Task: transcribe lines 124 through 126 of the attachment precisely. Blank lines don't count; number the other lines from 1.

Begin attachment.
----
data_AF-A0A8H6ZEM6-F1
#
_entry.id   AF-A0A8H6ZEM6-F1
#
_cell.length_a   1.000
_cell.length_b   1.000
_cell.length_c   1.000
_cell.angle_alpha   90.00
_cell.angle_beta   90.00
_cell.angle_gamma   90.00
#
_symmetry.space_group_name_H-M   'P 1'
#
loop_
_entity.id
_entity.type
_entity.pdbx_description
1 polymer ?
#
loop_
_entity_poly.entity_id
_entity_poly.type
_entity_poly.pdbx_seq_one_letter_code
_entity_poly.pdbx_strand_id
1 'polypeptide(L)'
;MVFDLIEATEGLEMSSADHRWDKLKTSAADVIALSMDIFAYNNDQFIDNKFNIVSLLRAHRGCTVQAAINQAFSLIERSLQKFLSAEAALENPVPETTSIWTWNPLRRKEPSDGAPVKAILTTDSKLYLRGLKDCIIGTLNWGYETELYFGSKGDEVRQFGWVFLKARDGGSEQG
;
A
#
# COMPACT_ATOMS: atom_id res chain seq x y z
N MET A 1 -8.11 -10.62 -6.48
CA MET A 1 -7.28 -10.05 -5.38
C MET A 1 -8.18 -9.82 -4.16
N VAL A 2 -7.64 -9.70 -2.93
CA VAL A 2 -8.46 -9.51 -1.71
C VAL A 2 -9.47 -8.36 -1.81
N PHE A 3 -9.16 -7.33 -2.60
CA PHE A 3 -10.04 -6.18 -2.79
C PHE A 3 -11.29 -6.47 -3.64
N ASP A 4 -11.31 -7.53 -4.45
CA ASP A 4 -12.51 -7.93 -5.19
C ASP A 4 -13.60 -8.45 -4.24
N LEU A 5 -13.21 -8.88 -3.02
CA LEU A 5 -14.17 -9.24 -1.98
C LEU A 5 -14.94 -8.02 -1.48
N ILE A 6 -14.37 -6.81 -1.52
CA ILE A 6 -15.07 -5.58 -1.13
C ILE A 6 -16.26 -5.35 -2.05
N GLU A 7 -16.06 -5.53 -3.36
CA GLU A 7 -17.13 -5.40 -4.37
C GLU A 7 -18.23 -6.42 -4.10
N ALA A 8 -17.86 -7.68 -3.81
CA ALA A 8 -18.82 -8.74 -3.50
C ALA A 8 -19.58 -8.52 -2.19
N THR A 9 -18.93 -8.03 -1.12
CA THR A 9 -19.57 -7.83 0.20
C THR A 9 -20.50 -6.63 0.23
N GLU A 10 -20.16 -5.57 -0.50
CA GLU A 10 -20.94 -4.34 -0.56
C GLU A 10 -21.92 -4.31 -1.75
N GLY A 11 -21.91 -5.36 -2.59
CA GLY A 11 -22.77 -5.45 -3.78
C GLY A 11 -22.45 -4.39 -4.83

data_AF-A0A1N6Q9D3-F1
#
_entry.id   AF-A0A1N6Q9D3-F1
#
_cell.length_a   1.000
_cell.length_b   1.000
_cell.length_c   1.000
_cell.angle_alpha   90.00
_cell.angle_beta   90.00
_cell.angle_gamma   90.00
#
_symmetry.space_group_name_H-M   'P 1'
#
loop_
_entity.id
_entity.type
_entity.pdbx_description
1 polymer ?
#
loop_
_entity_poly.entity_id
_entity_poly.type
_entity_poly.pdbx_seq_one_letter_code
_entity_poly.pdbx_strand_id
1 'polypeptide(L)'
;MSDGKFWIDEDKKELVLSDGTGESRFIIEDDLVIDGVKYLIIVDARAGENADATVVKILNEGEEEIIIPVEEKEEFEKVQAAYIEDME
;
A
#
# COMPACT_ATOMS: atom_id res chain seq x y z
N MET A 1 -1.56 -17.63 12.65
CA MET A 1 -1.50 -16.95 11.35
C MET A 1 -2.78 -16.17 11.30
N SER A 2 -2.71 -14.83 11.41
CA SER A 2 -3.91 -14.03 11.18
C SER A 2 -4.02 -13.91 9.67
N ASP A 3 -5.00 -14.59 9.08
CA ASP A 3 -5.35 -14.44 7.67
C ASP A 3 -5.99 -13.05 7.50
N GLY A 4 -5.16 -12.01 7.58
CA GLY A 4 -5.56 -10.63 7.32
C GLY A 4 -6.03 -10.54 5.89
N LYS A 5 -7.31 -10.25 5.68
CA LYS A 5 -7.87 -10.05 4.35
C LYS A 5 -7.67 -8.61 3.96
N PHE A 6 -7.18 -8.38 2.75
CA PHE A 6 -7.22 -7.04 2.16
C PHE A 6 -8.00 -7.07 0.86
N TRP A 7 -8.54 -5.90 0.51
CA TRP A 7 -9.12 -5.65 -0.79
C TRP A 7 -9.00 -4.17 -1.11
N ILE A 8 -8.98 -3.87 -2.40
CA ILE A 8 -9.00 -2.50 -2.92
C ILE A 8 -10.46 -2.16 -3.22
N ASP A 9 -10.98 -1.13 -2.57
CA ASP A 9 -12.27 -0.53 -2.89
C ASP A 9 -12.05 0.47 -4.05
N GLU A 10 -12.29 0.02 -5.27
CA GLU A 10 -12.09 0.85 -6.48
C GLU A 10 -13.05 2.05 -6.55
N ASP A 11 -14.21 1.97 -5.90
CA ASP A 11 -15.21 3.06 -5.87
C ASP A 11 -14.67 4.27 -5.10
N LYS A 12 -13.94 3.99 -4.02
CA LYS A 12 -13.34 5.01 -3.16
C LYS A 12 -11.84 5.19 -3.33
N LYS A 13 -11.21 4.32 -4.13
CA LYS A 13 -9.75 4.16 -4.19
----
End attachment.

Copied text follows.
N ASP A 11 -14.21 1.97 -5.90
CA ASP A 11 -15.21 3.06 -5.87
C ASP A 11 -14.67 4.27 -5.10